The Bedford County commissioners on Tuesday hired a Pittsburgh-based law firm as legal counsel for a lawsuit filed by President Donald Trump’s re-election campaign, the national Republican Party and four western Pennsylvania members of Congress, including U.S. Rep. John Joyce.

The Trump campaign last month sued the 67 county election boards in Pennsylvania and Secretary of State Kathy Boockvar to force changes to how the state collects and counts mail-in ballots.

“The Trump campaign filed a suit against every county and (the Commonwealth) regarding mail-in and absentee voting,” Commissioner Josh Lang said. “The firm that is representing us is representing many counties in the suit.”

The commissioners approved Steven B. Silverman from the firm Babst, Calland, Clements and Zomnir as legal counsel.

Commissioner Deb Baughman, chairwoman of the board of elections, said the county’s solicitor, Dean Crabtree, recommended the firm.

A Pennsylvania law passed last year expanded mail-in ballot options to all voters. Previously, a specific reason was needed to cast an absentee ballot.

The new law, coinciding with concerns about the coronavirus pandemic, prompted voters to cast more than 1.5 million mail-in ballots during the June 2 primary election, according to the state’s elections office.

The lawsuit argues some of the procedures in handling the ballots implemented by some counties were not legal, including allowing voters to drop off completed ballots at collection sites without sending them or handing them directly to county elections offices.

Bedford County had drop-off boxes at the second floor entrance to the courthouse. The lawsuit does not say whether it alleges a drop-off box at the courthouse was in violation, but alleges boxes at other locations, such as shopping centers and retirement homes, were in violation.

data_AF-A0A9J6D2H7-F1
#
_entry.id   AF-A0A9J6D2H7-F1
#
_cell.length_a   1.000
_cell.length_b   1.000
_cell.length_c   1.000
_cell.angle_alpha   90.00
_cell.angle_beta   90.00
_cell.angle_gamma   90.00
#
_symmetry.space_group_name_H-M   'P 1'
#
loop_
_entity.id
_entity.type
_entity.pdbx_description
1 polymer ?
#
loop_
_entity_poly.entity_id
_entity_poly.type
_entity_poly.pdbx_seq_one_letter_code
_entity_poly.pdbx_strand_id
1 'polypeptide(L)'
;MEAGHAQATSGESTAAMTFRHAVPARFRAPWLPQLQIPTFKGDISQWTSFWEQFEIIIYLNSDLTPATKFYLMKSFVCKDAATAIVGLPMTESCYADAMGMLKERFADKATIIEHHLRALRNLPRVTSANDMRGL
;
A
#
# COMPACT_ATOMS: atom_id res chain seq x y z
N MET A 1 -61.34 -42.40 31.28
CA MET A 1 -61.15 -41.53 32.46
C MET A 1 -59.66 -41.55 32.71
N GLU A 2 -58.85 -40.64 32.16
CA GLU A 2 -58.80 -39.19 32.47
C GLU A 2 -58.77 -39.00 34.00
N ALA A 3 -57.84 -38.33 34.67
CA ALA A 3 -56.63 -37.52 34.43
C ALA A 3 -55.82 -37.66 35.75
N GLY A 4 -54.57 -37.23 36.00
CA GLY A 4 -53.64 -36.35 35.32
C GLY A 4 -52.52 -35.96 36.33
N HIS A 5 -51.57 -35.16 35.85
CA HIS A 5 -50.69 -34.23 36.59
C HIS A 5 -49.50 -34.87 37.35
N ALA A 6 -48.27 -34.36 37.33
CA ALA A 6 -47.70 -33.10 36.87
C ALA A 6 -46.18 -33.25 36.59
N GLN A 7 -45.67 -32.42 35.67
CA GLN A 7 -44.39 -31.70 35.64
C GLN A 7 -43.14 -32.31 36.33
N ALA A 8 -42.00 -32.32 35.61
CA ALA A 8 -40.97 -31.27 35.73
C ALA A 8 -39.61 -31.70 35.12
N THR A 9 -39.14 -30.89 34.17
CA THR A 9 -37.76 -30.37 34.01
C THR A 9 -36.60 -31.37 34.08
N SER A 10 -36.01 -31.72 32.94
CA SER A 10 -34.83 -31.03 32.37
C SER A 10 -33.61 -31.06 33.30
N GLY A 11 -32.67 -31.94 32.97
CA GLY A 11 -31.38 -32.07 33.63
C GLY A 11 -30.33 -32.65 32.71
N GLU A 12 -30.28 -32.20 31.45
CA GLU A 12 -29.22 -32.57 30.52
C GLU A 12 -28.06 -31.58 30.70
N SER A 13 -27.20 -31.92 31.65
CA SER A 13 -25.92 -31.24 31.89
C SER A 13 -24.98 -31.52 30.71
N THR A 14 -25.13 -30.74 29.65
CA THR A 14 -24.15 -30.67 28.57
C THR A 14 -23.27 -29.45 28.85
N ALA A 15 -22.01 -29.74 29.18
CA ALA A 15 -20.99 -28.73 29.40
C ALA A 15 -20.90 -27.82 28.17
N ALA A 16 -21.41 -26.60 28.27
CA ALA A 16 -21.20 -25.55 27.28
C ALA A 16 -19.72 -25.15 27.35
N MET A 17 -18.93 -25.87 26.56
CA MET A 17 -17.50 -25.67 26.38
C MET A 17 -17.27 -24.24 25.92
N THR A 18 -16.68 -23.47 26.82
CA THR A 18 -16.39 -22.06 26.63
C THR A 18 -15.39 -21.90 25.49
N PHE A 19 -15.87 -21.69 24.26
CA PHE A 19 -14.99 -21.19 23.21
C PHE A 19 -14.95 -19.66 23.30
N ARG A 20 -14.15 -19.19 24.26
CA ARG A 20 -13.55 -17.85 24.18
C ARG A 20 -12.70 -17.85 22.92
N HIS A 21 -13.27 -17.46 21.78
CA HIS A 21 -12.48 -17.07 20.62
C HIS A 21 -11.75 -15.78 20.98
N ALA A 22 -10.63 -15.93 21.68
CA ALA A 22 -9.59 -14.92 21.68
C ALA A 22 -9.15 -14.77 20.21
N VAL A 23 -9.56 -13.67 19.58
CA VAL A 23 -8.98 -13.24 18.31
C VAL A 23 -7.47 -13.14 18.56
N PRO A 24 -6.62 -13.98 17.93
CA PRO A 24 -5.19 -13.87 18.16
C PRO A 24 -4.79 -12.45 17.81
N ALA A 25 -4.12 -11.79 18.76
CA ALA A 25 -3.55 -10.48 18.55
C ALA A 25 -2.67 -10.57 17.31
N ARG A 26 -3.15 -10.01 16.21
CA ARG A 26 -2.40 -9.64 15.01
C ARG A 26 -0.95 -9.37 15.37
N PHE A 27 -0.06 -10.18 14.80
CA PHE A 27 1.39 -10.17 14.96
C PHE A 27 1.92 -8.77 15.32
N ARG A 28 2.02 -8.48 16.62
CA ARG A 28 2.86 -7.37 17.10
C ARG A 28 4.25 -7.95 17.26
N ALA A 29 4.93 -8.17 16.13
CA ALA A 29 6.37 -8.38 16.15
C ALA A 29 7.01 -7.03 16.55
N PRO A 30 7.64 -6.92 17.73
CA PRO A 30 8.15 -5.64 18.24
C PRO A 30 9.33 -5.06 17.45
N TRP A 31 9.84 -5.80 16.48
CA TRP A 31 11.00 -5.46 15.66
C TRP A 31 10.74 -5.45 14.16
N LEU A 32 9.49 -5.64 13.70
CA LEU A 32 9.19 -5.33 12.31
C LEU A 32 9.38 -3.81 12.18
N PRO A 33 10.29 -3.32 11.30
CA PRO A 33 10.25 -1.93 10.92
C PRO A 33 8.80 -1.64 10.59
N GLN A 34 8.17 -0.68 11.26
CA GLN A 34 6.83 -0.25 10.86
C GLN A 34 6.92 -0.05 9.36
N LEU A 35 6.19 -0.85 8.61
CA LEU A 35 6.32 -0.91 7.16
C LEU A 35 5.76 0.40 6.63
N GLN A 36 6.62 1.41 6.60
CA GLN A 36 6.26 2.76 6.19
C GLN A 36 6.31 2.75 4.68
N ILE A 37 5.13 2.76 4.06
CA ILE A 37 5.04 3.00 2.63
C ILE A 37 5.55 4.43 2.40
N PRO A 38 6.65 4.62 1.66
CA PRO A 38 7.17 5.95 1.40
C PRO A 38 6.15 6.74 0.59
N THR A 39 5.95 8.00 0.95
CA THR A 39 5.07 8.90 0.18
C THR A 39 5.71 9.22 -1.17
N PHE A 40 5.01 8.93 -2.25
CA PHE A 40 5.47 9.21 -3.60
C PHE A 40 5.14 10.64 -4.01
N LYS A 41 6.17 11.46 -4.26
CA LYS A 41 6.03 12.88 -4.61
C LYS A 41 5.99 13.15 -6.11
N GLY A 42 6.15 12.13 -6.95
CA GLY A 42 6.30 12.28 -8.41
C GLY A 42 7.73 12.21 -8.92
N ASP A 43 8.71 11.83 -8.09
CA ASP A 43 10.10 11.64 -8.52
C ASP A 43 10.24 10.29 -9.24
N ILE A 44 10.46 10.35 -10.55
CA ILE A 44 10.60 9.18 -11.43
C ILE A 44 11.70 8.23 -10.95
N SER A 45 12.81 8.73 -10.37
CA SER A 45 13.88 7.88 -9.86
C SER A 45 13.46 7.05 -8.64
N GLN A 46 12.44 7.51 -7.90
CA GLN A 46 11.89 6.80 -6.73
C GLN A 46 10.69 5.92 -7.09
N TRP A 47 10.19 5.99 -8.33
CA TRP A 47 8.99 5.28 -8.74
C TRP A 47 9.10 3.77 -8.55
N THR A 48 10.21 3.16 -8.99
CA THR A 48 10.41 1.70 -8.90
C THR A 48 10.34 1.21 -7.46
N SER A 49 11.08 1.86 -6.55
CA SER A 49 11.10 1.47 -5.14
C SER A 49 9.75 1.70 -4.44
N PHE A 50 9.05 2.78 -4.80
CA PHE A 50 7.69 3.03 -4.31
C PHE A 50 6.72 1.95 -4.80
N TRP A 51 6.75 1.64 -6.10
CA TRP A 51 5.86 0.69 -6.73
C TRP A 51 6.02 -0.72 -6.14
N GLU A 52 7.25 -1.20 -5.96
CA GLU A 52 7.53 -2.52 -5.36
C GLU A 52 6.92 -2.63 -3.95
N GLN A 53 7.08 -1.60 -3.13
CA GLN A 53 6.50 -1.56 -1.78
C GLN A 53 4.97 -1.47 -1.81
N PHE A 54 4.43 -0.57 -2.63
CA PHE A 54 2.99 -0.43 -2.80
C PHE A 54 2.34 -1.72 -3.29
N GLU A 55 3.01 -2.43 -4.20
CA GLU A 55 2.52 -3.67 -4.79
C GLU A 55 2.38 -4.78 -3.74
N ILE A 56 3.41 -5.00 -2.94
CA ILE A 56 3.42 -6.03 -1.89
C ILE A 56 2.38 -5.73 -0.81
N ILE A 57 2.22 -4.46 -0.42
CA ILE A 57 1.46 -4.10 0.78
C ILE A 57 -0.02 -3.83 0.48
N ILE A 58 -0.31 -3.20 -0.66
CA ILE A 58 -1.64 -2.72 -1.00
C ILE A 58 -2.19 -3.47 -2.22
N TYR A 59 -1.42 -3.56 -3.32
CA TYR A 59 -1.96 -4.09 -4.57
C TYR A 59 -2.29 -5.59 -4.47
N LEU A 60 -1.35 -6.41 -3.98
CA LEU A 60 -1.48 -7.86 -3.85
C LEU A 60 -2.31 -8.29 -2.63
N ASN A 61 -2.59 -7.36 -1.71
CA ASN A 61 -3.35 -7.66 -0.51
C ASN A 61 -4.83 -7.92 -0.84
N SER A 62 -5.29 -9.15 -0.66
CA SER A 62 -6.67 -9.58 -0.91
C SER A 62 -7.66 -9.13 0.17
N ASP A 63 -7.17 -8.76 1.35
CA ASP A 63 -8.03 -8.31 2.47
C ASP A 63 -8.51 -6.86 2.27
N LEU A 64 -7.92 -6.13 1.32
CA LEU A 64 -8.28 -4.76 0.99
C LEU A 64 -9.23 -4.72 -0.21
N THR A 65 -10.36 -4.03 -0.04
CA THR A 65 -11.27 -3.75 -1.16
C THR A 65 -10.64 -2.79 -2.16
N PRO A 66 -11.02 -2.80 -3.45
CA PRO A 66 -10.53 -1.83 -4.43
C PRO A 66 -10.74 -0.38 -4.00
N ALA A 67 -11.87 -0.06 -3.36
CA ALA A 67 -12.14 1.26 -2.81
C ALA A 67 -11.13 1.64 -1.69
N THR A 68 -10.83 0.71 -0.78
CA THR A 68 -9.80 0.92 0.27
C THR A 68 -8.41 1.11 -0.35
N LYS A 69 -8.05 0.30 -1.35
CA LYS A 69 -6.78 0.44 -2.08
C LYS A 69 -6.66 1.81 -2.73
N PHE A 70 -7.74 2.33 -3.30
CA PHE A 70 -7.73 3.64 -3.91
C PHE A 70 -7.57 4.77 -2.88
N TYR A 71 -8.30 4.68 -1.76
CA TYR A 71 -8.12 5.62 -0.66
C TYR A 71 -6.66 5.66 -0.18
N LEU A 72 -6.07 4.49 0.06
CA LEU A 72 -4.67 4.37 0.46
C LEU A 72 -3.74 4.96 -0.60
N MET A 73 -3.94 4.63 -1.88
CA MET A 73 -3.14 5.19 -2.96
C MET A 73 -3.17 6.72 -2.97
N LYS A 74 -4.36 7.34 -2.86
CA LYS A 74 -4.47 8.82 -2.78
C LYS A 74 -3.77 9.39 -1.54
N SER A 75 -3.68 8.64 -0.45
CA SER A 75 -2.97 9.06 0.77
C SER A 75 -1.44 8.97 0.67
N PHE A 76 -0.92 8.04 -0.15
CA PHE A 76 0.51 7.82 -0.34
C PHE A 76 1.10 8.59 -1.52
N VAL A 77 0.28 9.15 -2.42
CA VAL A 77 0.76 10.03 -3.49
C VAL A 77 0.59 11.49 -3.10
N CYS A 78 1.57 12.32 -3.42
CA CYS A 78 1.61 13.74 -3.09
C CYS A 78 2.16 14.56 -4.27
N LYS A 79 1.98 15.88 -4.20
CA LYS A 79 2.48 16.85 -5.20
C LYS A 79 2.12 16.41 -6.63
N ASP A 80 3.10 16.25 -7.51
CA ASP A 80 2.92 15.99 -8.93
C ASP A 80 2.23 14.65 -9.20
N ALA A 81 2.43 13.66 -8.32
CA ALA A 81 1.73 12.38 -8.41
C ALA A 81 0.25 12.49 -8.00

The plaintiffs also want an order to prevent counting ballots that lack secrecy envelopes or have certain marks on them, and want poll watchers to be able to monitor vote counting outside the counties where they live.

Lang said the county doesn’t believe it violated any law during the spring.

“We believe we have been doing everything correctly,” he said.

Former commissioner Paul Crooks attended the meeting and questioned why the county was spending money on a law firm when it doesn’t believe it has done anything wrong.

“I don’t see why we have to spend money we don’t have when we have been doing everything correctly,” he said, noting the county’s drop-off boxes were at the courthouse.

Lang responded by saying the county must still go through the legal process as defendants in the suit, while the commissioners added the suit includes more than just the issue regarding drop box locations.

The firm’s billing rates range from $160 to $705 per hour, depending on the expertise and experience of the attorney performing the service. Steven Silverman, the lead attorney handling the suit, has a rate of $420 per hour, while three other attorneys listed as likely assisting in the work have rates ranging from $185 to $240, according to an engagement letter signed by the commissioners.

Counties will be billed on a prorata basis.

Commissioner Barry Dallara said the law firm also will keep the county up to date on any changes in regulations at the state level.

“We’re concerned about how quickly any changes they are going to implement at the state level will be passed to us,” he said.

Dallara added that the county needs a clear outline of how to implement mail-in ballots by the end of September, otherwise it will be “almost impossible” for the county to implement new procedures and properly educate the public on those voting procedures prior to the November election.

Dallara added a number of voters are interested in mail-in ballots, particularly due to the coronavirus pandemic, while others question their security.

“A lot of folks are concerned about going to the polls,” he said. “A lot are concerned about never using a mail-in ballot because they think it’s ripe for fraud and deceit.”

The county’s election officials in June said all mail-in ballots cast in the county were handled in a secure manner, the same as ballots cast at the polls.

The firm will also represent the county in a counter-petition that filed by the Pennsylvania Democratic Party, which aims to allow counties to collect mail ballots at drop boxes, extend the mail ballot deadline and require counties to give voters a chance to fix mistakes on their ballots.

Contact Will DeShong at; 623-1151, ext. 150.

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